73 Chapter 73 The Pain of Loss
"Magic fire should stop the freezing fog," Joseph mumbled to himself as they walked the next day.
Stella thought about the number of oil bags she had on her. As long as he made the fire magical it should work, but she wasn't sure. How do you fight a fog? She couldn't wait to see an actual creature to fight.
"I wish Selena were here. This monster would probably go re-seal itself to get away from her."
Stella nodded in agreement.
"What do you think Tekaun meant about befriending dragons?" mused Joseph, kicking at a frozen blade of grass.
"I think you think too much."
"What? You realize I pretty much can't not think and still do magic right?"
"But you think about everything too much."
"Well fine. What do you want to talk about?"
Stella paused as Joseph reached down and found a tiny little flower. How it was still alive, in the cold, she had no idea. Maybe it was magical?
"Here. Stand still," he said, reaching up to weave it into her hair. "There. It's cute on you. So, what did you want to talk about if you think I think too much?"
"What do you think your kingdom will be like?" she asked after a moment of thought.
"I want to bring a lot of the things that made life better in my old lives, into my kingdom. I want mages involved in society. But I don't think I want them overprivileged either."
"Why do you have to make a distinction with the mages?"
"I want to encourage magic. The study of magic. The use of magic. Make it part of the elementary school. If you teach everyone about it then you won't have people ostracized or held up on a pedestal. Not everyone has the ability to use magic so it makes it special. No matter how hard someone works, if they aren't born with magery, they probably will never be able to use magic."
"So, does walking make having legs special? What of the people who are born with no legs?"
"Those are a minority who can't walk. I'm talking about a minority who can do something most can't."
"But you just said you don't want them to feel overprivileged."
"Yeah that's why I'm worried about it. In my head I only want mages to be able to make a little more than other people doing the same thing. That way they are encouraged to go through the hard work of studying to be a mage. But I don't want to discourage someone who decides to be a doctor or alchemist from doing what they love just because they have magery. I also don't want mages to be enslaved to the idea of, they have to be mages because they were born with magery so they need to take care of the non-mages."
"Sounds complicated. I'm glad you're the king not me." She shook her head. He had some awesome ideas, but they all took way too much thought. How did people do it in the beginning? It was so confusing trying to make sure that every angle was covered so no one got butt hurt over something.
Joseph just sighed and she worried about him. His brain never seemed to stop. It was fine right now, while he had plenty to learn and room to grow, but what would happen when he had learned it all? Would he want to go exploring to find out more things? It would be kind of hard to be a king if you were running around trying to learn new things.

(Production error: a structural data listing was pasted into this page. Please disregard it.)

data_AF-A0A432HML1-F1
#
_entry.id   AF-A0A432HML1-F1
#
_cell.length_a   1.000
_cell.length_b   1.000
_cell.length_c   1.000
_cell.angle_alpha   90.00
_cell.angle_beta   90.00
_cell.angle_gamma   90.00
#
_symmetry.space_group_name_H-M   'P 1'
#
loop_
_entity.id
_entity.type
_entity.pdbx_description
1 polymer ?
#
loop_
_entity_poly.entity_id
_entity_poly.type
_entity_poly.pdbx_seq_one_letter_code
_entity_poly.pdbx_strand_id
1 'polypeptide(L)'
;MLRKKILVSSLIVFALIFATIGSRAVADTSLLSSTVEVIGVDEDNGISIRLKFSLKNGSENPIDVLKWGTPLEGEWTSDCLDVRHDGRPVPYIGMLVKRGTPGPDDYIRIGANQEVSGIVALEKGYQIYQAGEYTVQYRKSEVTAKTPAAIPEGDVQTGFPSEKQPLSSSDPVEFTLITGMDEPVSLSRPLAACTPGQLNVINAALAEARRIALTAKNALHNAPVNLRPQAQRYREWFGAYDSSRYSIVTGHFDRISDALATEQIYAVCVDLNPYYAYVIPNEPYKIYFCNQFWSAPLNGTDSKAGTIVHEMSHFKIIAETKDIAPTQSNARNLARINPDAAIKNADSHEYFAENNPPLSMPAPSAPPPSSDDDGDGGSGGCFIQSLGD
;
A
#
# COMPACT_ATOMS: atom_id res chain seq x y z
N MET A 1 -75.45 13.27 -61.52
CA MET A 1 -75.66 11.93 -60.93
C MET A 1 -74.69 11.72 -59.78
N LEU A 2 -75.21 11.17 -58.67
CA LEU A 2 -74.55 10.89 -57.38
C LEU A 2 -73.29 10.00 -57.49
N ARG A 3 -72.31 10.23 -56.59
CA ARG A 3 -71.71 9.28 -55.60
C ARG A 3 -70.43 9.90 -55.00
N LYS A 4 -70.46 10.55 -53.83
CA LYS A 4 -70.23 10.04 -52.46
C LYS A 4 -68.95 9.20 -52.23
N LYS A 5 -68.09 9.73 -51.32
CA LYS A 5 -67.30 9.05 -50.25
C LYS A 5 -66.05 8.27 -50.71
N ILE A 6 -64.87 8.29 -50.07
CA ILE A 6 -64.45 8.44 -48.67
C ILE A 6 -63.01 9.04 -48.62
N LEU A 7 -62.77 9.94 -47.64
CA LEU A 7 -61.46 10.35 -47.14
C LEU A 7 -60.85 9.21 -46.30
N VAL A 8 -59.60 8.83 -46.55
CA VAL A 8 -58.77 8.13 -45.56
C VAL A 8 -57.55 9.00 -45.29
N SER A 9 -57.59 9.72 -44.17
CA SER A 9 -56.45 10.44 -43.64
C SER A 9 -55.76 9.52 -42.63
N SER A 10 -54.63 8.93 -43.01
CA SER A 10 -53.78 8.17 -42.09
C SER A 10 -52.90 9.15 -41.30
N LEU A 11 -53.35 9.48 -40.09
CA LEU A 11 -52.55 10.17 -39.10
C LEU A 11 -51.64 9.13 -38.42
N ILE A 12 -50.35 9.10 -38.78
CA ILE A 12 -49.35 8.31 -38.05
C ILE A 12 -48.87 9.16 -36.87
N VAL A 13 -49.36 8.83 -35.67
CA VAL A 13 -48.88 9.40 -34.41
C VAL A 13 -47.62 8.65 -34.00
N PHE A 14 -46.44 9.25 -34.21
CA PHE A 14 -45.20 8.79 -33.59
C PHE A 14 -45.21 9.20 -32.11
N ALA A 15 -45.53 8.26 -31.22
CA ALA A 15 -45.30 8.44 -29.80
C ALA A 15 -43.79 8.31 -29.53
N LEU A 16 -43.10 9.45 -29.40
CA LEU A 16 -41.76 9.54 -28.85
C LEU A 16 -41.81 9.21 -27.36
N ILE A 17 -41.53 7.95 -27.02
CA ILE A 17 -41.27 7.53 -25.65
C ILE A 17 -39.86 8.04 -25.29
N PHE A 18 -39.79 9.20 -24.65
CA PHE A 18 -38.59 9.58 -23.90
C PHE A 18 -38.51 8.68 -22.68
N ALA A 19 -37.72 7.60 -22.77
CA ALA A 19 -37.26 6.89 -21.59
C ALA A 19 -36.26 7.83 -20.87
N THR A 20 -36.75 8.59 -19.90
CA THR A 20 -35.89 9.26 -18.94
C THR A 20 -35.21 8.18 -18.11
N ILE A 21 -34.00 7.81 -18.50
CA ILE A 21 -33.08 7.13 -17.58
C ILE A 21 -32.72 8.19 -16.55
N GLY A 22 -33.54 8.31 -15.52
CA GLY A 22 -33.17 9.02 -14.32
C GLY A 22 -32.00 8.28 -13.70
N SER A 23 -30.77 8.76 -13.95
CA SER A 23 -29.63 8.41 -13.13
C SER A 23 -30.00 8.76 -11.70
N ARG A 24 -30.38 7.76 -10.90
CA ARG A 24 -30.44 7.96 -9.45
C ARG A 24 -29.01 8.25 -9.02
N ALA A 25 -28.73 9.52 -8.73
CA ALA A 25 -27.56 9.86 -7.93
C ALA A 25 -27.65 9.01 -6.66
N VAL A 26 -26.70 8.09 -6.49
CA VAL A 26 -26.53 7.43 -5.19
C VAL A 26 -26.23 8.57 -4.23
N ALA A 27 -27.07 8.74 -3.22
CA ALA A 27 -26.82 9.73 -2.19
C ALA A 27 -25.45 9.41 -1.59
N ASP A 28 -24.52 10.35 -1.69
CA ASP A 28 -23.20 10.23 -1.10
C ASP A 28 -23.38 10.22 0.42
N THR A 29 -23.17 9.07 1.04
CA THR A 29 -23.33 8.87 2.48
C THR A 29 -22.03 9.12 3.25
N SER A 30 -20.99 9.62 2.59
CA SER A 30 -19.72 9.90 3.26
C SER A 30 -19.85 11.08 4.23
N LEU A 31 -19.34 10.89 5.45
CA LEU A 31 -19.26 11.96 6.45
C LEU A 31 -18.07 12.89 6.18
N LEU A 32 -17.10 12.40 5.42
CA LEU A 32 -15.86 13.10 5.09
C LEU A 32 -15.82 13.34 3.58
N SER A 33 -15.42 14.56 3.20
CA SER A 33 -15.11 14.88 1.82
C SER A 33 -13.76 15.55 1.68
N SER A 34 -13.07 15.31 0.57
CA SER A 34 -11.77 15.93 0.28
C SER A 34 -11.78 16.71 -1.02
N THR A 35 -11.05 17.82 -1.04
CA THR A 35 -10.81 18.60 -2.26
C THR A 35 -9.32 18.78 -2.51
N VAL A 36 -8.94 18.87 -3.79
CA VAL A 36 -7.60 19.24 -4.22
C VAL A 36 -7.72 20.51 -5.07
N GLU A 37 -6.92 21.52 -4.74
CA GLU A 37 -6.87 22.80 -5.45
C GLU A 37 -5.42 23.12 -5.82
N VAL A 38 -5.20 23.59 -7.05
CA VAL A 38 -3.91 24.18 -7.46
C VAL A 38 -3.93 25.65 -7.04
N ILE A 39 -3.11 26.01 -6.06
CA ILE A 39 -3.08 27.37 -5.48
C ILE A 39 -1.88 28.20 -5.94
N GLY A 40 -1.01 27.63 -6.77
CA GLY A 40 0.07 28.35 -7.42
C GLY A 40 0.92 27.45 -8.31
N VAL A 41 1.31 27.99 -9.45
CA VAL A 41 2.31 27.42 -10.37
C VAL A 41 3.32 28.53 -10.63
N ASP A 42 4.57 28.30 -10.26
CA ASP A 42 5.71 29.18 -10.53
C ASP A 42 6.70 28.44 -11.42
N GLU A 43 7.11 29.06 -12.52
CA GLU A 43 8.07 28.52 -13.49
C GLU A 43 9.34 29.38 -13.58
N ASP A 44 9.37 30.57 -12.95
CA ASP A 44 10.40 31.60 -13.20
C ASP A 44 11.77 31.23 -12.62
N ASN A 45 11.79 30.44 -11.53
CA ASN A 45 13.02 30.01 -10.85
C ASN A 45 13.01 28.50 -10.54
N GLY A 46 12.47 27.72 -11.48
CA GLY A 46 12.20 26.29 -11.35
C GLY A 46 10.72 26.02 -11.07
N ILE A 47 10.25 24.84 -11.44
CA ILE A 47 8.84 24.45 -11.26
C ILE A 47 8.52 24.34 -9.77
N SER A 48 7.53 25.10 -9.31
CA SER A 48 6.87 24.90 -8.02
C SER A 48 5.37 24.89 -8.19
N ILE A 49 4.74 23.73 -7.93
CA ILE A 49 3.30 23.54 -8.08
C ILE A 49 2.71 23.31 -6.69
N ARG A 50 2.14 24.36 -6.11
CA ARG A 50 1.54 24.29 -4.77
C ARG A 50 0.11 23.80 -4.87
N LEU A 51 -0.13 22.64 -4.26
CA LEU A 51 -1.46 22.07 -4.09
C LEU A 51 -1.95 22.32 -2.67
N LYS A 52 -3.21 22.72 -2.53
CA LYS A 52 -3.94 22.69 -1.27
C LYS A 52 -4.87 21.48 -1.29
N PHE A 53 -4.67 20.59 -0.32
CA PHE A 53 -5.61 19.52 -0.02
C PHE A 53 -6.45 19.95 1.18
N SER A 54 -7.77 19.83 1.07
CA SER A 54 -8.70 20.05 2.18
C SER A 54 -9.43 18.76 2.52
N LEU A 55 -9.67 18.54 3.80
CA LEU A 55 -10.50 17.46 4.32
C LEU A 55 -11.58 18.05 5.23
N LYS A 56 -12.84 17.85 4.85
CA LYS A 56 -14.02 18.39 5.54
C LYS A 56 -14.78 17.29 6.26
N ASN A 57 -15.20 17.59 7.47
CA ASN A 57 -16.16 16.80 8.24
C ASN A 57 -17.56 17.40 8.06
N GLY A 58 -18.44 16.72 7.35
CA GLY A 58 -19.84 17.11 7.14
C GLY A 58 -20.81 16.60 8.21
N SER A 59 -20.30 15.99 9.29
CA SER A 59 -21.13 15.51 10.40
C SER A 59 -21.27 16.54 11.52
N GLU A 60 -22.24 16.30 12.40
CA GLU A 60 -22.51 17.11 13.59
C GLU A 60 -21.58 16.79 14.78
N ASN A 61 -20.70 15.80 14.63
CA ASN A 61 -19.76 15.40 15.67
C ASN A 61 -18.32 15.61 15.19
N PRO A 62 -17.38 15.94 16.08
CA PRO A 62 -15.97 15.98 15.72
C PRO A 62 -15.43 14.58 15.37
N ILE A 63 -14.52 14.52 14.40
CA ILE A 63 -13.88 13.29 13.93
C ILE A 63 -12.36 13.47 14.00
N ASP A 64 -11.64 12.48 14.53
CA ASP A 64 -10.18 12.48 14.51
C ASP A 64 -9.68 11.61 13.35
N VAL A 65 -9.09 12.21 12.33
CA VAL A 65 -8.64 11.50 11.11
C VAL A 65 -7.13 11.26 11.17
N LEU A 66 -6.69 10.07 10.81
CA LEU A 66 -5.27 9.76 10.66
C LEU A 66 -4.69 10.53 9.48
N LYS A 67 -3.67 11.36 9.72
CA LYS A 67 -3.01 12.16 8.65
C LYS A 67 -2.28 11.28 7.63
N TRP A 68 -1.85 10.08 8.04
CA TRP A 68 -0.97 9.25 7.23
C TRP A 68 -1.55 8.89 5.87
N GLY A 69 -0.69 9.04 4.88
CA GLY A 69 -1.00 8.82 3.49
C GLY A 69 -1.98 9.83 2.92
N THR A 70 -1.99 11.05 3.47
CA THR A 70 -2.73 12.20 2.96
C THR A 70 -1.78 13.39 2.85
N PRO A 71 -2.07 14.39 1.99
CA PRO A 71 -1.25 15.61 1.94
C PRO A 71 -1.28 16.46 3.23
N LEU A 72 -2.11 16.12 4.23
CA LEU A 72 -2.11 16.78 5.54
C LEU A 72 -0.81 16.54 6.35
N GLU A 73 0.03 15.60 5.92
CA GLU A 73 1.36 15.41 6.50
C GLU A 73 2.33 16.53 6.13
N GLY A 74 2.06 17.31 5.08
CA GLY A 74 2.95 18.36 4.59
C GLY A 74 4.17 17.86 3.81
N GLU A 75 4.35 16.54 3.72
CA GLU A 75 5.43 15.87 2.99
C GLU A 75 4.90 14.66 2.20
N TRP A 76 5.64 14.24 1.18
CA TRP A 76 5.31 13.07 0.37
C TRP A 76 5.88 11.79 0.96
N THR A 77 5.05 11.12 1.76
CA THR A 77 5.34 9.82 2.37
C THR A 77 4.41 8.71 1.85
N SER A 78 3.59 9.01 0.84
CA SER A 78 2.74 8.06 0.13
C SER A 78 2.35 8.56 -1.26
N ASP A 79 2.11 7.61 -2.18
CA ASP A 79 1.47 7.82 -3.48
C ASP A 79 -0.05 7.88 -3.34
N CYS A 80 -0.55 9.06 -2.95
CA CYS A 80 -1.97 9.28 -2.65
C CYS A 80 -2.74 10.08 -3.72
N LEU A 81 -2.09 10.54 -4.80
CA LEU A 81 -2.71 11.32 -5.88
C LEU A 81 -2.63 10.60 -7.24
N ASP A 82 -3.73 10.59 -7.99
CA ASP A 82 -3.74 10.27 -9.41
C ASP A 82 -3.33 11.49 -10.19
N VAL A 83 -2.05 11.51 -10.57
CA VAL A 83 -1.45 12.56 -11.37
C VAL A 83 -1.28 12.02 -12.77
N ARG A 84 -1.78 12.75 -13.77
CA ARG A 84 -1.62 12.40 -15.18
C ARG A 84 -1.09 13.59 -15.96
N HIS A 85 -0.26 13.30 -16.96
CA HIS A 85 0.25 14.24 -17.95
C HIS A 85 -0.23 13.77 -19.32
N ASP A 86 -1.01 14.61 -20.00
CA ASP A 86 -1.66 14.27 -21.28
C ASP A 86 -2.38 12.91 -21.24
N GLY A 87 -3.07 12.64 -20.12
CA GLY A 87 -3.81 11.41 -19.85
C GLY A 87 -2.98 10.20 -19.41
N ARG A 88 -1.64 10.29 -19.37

He sighed again, and she glanced over at him.
"You sigh a lot."
"I know," he said, sighing again.
"That's it, time for a bathroom break. Then we can warm up something for lunch."
"Alright, that sounds like a good idea."
As Stella tied her belt back in place, she noticed a few barbarians walking towards them. They had noticed the fire Joseph had started. There were two women with a young boy, girl and a baby.
"Hello?" one of the women called out, and Stella raised her hand in the greeting she had learned from the barbarians that meant they were welcome to join their fire.
With a small smile of thanks, the women ushered the children to the fire. The boy stared at Joseph curiously, as he was the same size as him. The girl didn't look around at anything but the fire. She was shivering pretty bad, and it looked like she had lost both of her shoes.
With a wince, Stella handed a pair of her spare shoes to the girl, who stared at them for a moment, then nodded in thanks and put them on. Her feet were bloody and raw from the cold, but it didn't look like she had any frostbite yet.
"Thank you so much!" said the woman with the baby as she sat down by the fire.
"You look like you're all hungry," said Joseph, handing out some of the food they had brought with them.
Stella did inventory in her head, and knew that she would have to hunt some, despite the serious lack of anything living.
"Are you lost?" asked the other woman, eating her food slowly so as to be able to share it with the children when they had finished their own.
"Oh, no! We're on a mission from Tekaun," said Joseph.
Stella remain quiet, wondering if they would ask more, or if Joseph would give more information away. While she didn't mind helping these people, she didn't want them to think they needed to force them to go with them.
"Ah, Tekaun is a very wise shaman. If she has sent you to do something, then it is best you complete your task. We thank you for the fire and the food, but I am afraid we must continue on. The cold will only get worse, and we do not want the fog to catch us again."
"The fog?" asked Joseph.
"Yes, eh," they looked at each other, and one nodded at the one speaking. "Our tribe had stopped to harvest a large elk hunt. There was enough meat to survive on for the rest of the summer, and we needed the food badly. The fog caught us before we knew what was happening. Everyone it touched was frozen. We lost half of the tribe in fifteen minutes. Our husband was touched. He chose to remain behind as the cold creeped up his arm and leg, so the beast in the fog would stop its march long enough for us to escape. We could hear it crunching on the frozen limbs of those in the fog."
"He sacrificed himself so we could get away," said the boy, his eyes bright with the pain of loss.